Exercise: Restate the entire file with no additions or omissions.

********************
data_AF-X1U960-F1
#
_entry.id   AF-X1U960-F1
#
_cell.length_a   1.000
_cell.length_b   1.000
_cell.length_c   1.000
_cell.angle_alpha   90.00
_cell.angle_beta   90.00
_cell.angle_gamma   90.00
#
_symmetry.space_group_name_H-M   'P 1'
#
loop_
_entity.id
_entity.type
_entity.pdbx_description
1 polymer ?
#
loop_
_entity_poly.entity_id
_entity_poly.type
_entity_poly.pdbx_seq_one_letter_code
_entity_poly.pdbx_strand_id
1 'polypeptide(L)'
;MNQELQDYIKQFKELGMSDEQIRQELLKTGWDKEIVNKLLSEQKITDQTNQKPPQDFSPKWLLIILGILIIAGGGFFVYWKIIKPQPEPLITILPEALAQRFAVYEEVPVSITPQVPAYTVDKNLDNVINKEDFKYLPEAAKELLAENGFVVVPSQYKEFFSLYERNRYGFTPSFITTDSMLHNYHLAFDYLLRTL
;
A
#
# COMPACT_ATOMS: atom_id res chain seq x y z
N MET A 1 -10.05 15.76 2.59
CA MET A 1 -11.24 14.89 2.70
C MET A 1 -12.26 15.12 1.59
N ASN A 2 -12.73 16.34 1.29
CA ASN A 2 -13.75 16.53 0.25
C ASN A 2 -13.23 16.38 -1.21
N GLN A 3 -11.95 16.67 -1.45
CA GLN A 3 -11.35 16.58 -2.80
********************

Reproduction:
data_AF-X1U960-F1
#
_entry.id   AF-X1U960-F1
#
_cell.length_a   1.000
_cell.length_b   1.000
_cell.length_c   1.000
_cell.angle_alpha   90.00
_cell.angle_beta   90.00
_cell.angle_gamma   90.00
#
_symmetry.space_group_name_H-M   'P 1'
#
loop_
_entity.id
_entity.type
_entity.pdbx_description
1 polymer ?
#
loop_
_entity_poly.entity_id
_entity_poly.type
_entity_poly.pdbx_seq_one_letter_code
_entity_poly.pdbx_strand_id
1 'polypeptide(L)'
;MNQELQDYIKQFKELGMSDEQIRQELLKTGWDKEIVNKLLSEQKITDQTNQKPPQDFSPKWLLIILGILIIAGGGFFVYWKIIKPQPEPLITILPEALAQRFAVYEEVPVSITPQVPAYTVDKNLDNVINKEDFKYLPEAAKELLAENGFVVVPSQYKEFFSLYERNRYGFTPSFITTDSMLHNYHLAFDYLLRTL
;
A
#
# COMPACT_ATOMS: atom_id res chain seq x y z
N MET A 1 -10.05 15.76 2.59
CA MET A 1 -11.24 14.89 2.70
C MET A 1 -12.26 15.12 1.59
N ASN A 2 -12.73 16.34 1.29
CA ASN A 2 -13.75 16.53 0.25
C ASN A 2 -13.23 16.38 -1.21
N GLN A 3 -11.95 16.67 -1.45
CA GLN A 3 -11.35 16.58 -2.80